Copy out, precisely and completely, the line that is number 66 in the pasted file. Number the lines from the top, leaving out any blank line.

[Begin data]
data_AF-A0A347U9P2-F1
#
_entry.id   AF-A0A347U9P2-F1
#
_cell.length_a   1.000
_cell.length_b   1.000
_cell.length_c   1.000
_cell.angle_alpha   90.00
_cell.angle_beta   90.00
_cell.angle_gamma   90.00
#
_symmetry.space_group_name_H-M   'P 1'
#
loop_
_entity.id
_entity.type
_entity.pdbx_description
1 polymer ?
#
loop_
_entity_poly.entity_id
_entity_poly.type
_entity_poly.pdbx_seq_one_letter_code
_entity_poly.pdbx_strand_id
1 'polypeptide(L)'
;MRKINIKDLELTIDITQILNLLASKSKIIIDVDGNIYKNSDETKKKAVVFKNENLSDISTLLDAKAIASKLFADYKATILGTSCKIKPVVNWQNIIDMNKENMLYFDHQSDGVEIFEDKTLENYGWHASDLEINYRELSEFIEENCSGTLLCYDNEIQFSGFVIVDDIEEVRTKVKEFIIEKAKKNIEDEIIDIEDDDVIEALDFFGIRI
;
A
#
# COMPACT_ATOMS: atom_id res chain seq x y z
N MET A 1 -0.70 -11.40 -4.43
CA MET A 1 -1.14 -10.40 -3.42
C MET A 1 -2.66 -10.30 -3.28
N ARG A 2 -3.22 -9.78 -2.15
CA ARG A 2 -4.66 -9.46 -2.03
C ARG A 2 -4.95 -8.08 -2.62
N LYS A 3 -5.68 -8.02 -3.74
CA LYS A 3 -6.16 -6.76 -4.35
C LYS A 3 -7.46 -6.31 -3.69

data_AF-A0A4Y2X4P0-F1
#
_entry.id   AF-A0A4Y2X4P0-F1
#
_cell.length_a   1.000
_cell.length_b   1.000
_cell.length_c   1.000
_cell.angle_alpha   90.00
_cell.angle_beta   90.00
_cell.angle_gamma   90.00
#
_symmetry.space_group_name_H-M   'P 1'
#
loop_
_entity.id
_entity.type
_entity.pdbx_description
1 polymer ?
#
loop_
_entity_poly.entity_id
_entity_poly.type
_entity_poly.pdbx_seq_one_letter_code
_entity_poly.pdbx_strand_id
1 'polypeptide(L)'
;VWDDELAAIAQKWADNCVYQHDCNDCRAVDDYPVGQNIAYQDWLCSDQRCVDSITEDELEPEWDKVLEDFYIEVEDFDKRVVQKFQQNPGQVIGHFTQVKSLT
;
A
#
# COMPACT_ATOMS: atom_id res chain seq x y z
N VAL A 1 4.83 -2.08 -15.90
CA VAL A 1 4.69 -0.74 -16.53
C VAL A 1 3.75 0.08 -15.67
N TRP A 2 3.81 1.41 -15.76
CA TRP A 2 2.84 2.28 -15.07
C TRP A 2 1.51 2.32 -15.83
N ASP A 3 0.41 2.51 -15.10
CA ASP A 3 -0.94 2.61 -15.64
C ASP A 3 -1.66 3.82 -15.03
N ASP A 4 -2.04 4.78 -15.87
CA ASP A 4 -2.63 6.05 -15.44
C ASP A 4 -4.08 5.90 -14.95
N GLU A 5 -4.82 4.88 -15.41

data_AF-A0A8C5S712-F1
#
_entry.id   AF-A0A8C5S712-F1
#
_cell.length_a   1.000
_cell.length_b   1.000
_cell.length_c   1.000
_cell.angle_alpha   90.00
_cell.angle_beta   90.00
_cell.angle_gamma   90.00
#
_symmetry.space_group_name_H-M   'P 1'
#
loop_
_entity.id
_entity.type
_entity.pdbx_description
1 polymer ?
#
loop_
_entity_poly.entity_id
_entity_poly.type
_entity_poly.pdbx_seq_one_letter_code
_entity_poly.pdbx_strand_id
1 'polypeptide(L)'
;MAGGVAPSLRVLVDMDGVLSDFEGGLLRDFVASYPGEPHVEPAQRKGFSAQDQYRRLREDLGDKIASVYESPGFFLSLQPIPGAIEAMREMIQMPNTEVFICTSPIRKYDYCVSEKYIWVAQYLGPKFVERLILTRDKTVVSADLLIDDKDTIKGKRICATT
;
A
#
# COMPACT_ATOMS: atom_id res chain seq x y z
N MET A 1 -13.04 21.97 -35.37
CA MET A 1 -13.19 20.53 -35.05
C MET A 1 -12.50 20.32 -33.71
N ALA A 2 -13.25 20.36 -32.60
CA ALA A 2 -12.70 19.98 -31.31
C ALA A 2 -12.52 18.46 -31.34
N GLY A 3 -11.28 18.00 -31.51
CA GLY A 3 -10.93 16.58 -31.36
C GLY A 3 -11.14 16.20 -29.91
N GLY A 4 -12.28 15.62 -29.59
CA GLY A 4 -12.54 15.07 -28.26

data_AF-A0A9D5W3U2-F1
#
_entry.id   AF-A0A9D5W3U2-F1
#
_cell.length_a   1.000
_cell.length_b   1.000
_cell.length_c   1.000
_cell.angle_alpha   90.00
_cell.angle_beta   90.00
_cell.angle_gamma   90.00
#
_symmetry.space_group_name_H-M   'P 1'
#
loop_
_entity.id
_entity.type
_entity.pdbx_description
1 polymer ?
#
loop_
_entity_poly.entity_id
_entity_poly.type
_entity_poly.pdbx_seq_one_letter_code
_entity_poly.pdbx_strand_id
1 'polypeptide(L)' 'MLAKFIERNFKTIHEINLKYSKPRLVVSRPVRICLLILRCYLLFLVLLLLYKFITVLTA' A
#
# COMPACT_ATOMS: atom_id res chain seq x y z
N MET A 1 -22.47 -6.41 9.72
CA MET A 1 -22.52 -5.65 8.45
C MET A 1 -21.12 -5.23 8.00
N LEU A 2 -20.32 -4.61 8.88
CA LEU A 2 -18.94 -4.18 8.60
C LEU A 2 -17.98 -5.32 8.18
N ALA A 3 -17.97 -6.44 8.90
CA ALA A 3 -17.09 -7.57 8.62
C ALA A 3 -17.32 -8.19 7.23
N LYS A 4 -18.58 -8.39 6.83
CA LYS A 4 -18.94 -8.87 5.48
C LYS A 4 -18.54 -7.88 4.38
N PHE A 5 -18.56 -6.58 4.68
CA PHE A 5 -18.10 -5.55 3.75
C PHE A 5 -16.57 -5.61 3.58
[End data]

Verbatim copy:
;